I was very struck by Tennyson’s The Lady of Shalott, which I first read at about age seven, and I learned the poem by heart. When I was nine, I read and loved Tolkien’s The Lord of the Rings, and loved the poems in it, several of which I also learnt by heart. I liked reading poetry anthologies. When I was a bit older, maybe in my teens, I read Aurora Leigh by Elizabeth Barrett Browning, the first book-length poem I’d read in English. (I read Homer, but almost entirely in translation, and the poetry didn’t come across.) Reading Murasaki Shikibu’s The Tale of Genji, the parts I liked best were the short pieces of translated poetry.

How do your poems fit together in your book “Crowned: The Sign of The Dragon Book 1”? Can you tell us more about the book?

In August 2013, after spending years writing predominantly mainstream poems, I wrote a handful of fantasy poems. One of them was about a boy chosen by a dragon to be the next king, and something about the boy and his world caught my attention. I spent the next three years writing his story. The Sign of the Dragon now contains over 300 poems and is 94,000 words long. It’s an epic fantasy about King Xau and the cost of being a good ruler. Crowned: The Sign of the Dragon, Book 1 contains approximately the first fifth of King Xau’s tale. N.B. Several poems from The Sign of the Dragon can be read online at http://www.thesignofthedragon.com

“Crowned” is formatted as a series of long poems. How did you come up with this style?

I happened upon it. I had been writing poetry rather than fiction, because I wanted to separate my writing-time from the time I spent with my children. I could write a poem while my children were at school and finish before I picked them up at 3. But then I found myself writing poem after poem about Xau, many of them long poems, and my neat partition between work-time and family-time came undone. I thought about Xau when my children were back from school, when I was putting away laundry, or vacuuming, or brushing my teeth.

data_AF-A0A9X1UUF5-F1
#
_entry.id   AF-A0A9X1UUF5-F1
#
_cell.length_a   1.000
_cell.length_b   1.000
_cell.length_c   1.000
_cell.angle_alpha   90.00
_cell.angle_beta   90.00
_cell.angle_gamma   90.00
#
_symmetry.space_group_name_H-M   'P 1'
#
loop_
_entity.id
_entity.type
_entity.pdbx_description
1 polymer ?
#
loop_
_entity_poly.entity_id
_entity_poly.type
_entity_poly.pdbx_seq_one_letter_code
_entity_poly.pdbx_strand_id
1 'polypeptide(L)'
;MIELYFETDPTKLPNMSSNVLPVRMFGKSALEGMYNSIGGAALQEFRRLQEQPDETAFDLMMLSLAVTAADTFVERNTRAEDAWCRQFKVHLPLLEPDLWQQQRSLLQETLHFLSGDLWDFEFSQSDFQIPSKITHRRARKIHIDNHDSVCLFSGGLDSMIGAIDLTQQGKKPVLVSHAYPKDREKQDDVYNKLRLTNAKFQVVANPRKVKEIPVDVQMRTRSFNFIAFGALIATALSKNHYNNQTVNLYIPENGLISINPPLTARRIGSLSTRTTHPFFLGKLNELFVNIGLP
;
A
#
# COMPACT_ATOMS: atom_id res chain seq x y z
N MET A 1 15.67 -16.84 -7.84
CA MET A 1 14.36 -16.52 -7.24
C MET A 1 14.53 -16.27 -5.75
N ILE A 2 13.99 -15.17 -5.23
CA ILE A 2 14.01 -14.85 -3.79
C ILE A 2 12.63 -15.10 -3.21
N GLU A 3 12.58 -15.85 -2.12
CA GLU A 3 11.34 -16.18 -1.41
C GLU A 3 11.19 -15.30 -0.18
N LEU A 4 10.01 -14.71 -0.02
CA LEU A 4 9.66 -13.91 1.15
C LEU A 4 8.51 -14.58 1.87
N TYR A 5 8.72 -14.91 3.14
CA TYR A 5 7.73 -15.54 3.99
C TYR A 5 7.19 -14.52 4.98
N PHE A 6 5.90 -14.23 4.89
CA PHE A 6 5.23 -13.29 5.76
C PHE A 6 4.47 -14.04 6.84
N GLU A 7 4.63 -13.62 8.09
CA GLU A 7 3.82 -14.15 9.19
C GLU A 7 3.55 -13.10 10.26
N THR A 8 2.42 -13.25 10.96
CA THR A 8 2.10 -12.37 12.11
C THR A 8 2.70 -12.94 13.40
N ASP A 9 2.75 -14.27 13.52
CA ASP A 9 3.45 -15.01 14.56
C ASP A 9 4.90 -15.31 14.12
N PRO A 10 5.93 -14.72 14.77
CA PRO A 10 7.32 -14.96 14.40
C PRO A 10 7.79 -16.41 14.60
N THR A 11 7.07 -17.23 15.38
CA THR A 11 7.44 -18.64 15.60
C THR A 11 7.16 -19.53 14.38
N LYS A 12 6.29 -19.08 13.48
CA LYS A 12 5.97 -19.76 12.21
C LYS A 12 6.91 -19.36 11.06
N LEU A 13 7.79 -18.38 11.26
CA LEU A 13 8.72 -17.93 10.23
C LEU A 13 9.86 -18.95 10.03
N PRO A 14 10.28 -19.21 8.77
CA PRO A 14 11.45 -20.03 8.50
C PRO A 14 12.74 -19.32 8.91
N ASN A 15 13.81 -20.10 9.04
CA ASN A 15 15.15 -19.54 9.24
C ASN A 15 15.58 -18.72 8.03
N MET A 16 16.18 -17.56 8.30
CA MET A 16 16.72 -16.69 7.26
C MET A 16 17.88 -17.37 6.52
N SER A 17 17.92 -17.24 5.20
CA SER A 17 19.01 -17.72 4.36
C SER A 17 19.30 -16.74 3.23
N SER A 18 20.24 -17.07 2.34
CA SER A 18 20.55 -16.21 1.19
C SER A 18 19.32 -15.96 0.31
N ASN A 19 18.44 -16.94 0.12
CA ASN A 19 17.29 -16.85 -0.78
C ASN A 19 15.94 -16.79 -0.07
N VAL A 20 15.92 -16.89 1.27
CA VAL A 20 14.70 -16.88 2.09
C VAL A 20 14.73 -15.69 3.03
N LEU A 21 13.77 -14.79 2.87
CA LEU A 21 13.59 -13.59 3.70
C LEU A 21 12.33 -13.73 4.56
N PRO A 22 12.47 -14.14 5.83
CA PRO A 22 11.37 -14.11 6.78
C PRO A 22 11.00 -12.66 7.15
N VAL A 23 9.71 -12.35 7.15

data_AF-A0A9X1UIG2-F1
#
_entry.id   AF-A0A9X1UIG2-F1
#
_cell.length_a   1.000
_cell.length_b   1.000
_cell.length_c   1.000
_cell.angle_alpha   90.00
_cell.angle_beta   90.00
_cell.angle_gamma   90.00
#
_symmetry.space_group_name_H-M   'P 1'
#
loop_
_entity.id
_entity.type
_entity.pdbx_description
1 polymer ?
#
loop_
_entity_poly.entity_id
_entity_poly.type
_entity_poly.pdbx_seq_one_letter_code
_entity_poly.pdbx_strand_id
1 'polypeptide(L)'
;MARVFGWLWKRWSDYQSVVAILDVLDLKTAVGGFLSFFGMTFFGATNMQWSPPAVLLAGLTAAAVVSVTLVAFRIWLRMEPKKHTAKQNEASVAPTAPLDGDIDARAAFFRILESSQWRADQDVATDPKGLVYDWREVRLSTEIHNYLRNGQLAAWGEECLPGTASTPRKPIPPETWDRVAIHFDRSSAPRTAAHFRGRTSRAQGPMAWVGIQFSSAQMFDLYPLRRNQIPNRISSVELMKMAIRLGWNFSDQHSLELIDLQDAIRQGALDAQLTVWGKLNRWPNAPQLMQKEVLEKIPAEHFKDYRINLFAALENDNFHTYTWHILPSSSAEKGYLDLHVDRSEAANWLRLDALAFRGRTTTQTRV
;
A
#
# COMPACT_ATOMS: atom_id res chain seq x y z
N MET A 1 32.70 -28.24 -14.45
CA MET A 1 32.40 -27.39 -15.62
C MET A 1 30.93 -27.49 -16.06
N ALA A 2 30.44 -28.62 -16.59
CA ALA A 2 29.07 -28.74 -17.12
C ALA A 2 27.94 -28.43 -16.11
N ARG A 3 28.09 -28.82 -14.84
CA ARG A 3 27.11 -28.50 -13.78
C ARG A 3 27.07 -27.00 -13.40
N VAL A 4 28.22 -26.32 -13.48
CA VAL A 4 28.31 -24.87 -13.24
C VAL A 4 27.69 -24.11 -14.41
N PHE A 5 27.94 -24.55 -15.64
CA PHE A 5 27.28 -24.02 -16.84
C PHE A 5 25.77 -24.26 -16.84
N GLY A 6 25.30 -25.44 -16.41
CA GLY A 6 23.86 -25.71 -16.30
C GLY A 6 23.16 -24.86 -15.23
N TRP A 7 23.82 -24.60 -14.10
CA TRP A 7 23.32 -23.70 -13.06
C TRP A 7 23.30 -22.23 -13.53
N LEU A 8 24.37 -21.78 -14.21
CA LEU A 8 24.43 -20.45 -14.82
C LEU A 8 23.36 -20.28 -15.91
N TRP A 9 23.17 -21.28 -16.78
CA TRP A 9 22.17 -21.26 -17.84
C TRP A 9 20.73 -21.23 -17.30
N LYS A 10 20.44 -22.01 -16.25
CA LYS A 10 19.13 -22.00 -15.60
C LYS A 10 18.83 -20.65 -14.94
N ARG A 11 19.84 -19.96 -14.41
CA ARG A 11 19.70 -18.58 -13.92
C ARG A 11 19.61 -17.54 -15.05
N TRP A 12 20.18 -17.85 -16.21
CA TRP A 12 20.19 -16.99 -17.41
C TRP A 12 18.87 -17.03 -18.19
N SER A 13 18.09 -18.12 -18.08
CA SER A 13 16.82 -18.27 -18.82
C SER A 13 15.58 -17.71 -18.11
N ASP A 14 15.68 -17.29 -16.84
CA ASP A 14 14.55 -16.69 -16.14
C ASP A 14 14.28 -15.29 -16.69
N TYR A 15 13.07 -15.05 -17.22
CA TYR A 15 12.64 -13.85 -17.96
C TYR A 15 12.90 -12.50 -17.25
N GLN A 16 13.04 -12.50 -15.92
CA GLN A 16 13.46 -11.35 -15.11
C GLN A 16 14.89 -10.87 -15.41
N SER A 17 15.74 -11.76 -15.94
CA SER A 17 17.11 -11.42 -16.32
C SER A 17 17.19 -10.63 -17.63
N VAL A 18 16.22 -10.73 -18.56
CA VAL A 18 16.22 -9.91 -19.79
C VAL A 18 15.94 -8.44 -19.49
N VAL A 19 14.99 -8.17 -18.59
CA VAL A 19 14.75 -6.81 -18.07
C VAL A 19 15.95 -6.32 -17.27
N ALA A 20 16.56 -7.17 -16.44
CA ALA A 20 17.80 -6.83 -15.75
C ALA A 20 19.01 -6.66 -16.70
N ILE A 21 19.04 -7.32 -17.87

Can you share some background about your poem “Night”, which won the 92nd Weekly Contest?

I wrote “Night” in the wake of hearing a poem by Carolyne Whelan. Whelan’s poem was about a daughter thinking of her father, a policeman, and wondering if he had ever killed anyone and how he transitioned from his work-life back to his home-life. I’d recently written about the impact of war on Xau. Hearing Whelan’s poem made me wish to write about war’s effect on Xau’s family. And this led to “Night,” a poem about Shazia’s experience when Xau returns from his first war. (Shazia is Xau’s wife.)

What book (or books) has had the greatest influence on your life or your poetry?

I’m not certain, but there were two fantasy worlds that I kept returning to when I was growing up: Tolkien’s Middle Earth and Le Guin’s Earthsea.

Finally, what other literary and creative works have you done recently and do you plan something new in the near future?

I only finished the second draft of The Sign of the King ten days ago. Since then I’ve written some science fiction poems. I expect to stick to smaller projects – poems and perhaps short stories – for a while before I start another major project. Thank you for your questions! I enjoyed answering them.